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Monday, June 27, 2011

Storms Damage Homes in St. Louis

ST. LOUIS • Thunderstorms that moved through the St. Louis region late Saturday and early Sunday knocked out electrical power to thousands, flooded roads and interstates and damaged homes and businesses.

The storm dumped nearly 4½ inches of rain at Lambert-St. Louis International airport between 4:45 p.m. Saturday and 7 a.m. Sunday.

At one point, 27,000 Missouri Ameren customers were without power.

The hardest-hit areas were Berkeley and St. Charles, said Ameren spokeswoman Rita Holmes-Bobo. Most of the outages were caused by lightning strikes on transformers and substations, she said.

Crews worked to repair the damage, and all power was expected to be restored by late Sunday.

In Illinois, nearly 17,000 Ameren customers were without power about 2:30 a.m., mostly due to high wind and lightning, spokesman Leigh Morris said.

"If it had been safe to sit outside, you could have read a newspaper. It was that bright," Morris said.

By noon Sunday, 2,600 customers remained without power, almost half of those in St. Clair and Madison counties. Power there was expected to be restored by the end of the day.

The heavy rain flooded many St. Louis streets.

About 3 a.m., flash flooding prompted all lanes to be closed on parts of Interstates 70 and 55 and Highway 40. Police reported cars stalling in high water on Highway 40 near Grand Boulevard. Flooding also closed I-55 at Loughborough Avenue. Highway 40 and Interstate 55 reopened within an hour, said Deanna Venker, MoDOT area engineer.

Two eastbound lanes of I-70 in north St. Louis remained closed Sunday night and likely would be closed Monday morning as well for repairs to crumbled pavement caused by a sewer line break and erosion, MoDOT officials said.

They cautioned motorists to use alternate routes to work Monday morning if possible.

Floodwater also filled lanes of Highway 141 under Interstate 44 in Valley Park.

In West County, several water main breaks forced temporary lane and street closures in Frontenac, Creve Coeur and Town and Country, according to a police dispatcher.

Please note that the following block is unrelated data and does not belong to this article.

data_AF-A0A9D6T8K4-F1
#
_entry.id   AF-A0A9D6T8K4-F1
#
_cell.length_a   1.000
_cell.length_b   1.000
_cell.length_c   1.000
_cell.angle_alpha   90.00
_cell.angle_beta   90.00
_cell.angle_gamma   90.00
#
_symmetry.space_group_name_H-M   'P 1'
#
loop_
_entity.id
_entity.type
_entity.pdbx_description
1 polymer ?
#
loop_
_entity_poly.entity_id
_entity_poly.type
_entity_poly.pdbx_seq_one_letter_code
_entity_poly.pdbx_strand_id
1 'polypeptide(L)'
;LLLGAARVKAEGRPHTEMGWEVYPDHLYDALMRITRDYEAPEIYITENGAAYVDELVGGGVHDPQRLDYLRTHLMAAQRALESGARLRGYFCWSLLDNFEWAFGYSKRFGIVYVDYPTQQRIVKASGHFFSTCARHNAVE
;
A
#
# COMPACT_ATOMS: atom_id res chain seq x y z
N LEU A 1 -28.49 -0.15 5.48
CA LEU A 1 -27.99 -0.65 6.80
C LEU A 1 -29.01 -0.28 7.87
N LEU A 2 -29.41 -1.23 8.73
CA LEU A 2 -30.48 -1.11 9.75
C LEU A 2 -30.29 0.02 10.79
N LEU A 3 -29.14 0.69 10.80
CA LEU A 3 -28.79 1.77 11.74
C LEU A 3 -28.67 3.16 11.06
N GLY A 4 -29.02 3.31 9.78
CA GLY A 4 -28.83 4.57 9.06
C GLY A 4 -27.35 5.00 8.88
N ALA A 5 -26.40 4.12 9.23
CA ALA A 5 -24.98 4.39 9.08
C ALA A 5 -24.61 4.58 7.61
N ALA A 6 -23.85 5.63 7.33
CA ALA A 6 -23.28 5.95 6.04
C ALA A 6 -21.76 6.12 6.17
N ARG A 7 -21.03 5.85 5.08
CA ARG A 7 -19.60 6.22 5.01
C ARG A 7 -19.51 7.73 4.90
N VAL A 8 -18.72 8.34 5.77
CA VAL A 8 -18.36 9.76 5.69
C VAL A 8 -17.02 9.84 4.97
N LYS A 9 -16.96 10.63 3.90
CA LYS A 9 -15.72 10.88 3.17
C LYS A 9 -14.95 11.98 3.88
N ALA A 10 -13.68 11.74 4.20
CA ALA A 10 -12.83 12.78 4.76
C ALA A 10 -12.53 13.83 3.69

A Missouri American Water spokesman said she knew of three 8-inch water main breaks that left several dozen homes with reduced pressure but said it wasn't clear the breaks were weather-related.

Several north St. Louis homes were evacuated because of flooding, said Metropolitan St. Louis Sewer District spokesman Lance LeComb. Most had standing water in their basements.

City and MSD officials ordered the evacuations this morning while inspecting the homes in the 4400 block of Dryden Avenue and Dryden Court. Utilities to the homes were shut off, and police patrolled the area.

Reports of flooding also came from businesses along Manchester Road in Brentwood, LeComb said.

Those who experienced water backups are asked to call MSD's 24-hour customer service line at 314-768-6260.

In Cahokia, several sewer backups were reported after the heavy rainfall, leaving 5 to 6 feet of water in some homes' basements in an area off Falling Springs Road. Several streets and yards in the same area remained flooded late Sunday because the sewers still were unable to handle all the water from flash flooding in Cahokia, officials said.

In St. Charles, police reported receiving several calls about flooding and downed trees and limbs, mostly north of Interstate 70. Residents of the 80-unit Creekside Apartments at 121 Cole Boulevard were evacuated after basement and ground-floor apartments flooded with more than 2 feet of water in some instances. It's uncertain when, or if, residents will be allowed back in.

At 2 p.m. Sunday, some lanes of eastbound Interstate 70 between Shreve Avenue and West Florissant Avenue remained closed due to buckled pavement from a sewer line collapse.

Late Sunday afternoon, heavy rain fell across southern Jefferson County and northern St. Francois County. Bonne Terre and De Soto were among the towns under a flash flood warning.

Today's high is expected to be in the low 90s with a 50 percent chance of storms.

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